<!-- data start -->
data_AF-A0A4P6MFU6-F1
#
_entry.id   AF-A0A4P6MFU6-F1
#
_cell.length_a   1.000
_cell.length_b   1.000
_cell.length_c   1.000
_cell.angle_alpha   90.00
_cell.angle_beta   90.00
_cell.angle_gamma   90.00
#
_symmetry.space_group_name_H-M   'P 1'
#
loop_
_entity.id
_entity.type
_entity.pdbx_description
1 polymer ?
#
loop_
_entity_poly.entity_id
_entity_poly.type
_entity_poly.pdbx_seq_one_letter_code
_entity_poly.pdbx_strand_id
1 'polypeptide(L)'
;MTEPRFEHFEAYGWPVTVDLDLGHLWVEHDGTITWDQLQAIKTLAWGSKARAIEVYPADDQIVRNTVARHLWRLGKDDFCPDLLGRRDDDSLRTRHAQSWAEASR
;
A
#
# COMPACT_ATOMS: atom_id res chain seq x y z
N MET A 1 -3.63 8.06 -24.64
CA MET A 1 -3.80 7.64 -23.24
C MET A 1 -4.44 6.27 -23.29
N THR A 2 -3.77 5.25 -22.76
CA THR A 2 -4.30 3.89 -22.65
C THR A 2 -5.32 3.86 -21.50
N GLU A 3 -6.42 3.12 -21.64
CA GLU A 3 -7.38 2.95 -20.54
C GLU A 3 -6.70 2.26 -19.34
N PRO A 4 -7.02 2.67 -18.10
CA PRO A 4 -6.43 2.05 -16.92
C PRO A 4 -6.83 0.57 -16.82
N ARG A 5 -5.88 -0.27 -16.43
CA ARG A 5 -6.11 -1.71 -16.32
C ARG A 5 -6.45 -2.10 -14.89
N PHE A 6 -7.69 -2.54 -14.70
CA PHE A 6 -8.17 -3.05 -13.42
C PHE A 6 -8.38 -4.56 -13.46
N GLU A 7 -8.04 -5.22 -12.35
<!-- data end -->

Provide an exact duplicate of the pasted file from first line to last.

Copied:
data_AF-A0A4P6MFU6-F1
#
_entry.id   AF-A0A4P6MFU6-F1
#
_cell.length_a   1.000
_cell.length_b   1.000
_cell.length_c   1.000
_cell.angle_alpha   90.00
_cell.angle_beta   90.00
_cell.angle_gamma   90.00
#
_symmetry.space_group_name_H-M   'P 1'
#
loop_
_entity.id
_entity.type
_entity.pdbx_description
1 polymer ?
#
loop_
_entity_poly.entity_id
_entity_poly.type
_entity_poly.pdbx_seq_one_letter_code
_entity_poly.pdbx_strand_id
1 'polypeptide(L)'
;MTEPRFEHFEAYGWPVTVDLDLGHLWVEHDGTITWDQLQAIKTLAWGSKARAIEVYPADDQIVRNTVARHLWRLGKDDFCPDLLGRRDDDSLRTRHAQSWAEASR
;
A
#
# COMPACT_ATOMS: atom_id res chain seq x y z
N MET A 1 -3.63 8.06 -24.64
CA MET A 1 -3.80 7.64 -23.24
C MET A 1 -4.44 6.27 -23.29
N THR A 2 -3.77 5.25 -22.76
CA THR A 2 -4.30 3.89 -22.65
C THR A 2 -5.32 3.86 -21.50
N GLU A 3 -6.42 3.12 -21.64
CA GLU A 3 -7.38 2.95 -20.54
C GLU A 3 -6.70 2.26 -19.34
N PRO A 4 -7.02 2.67 -18.10
CA PRO A 4 -6.43 2.05 -16.92
C PRO A 4 -6.83 0.57 -16.82
N ARG A 5 -5.88 -0.27 -16.43
CA ARG A 5 -6.11 -1.71 -16.32
C ARG A 5 -6.45 -2.10 -14.89
N PHE A 6 -7.69 -2.54 -14.70
CA PHE A 6 -8.17 -3.05 -13.42
C PHE A 6 -8.38 -4.56 -13.46
N GLU A 7 -8.04 -5.22 -12.35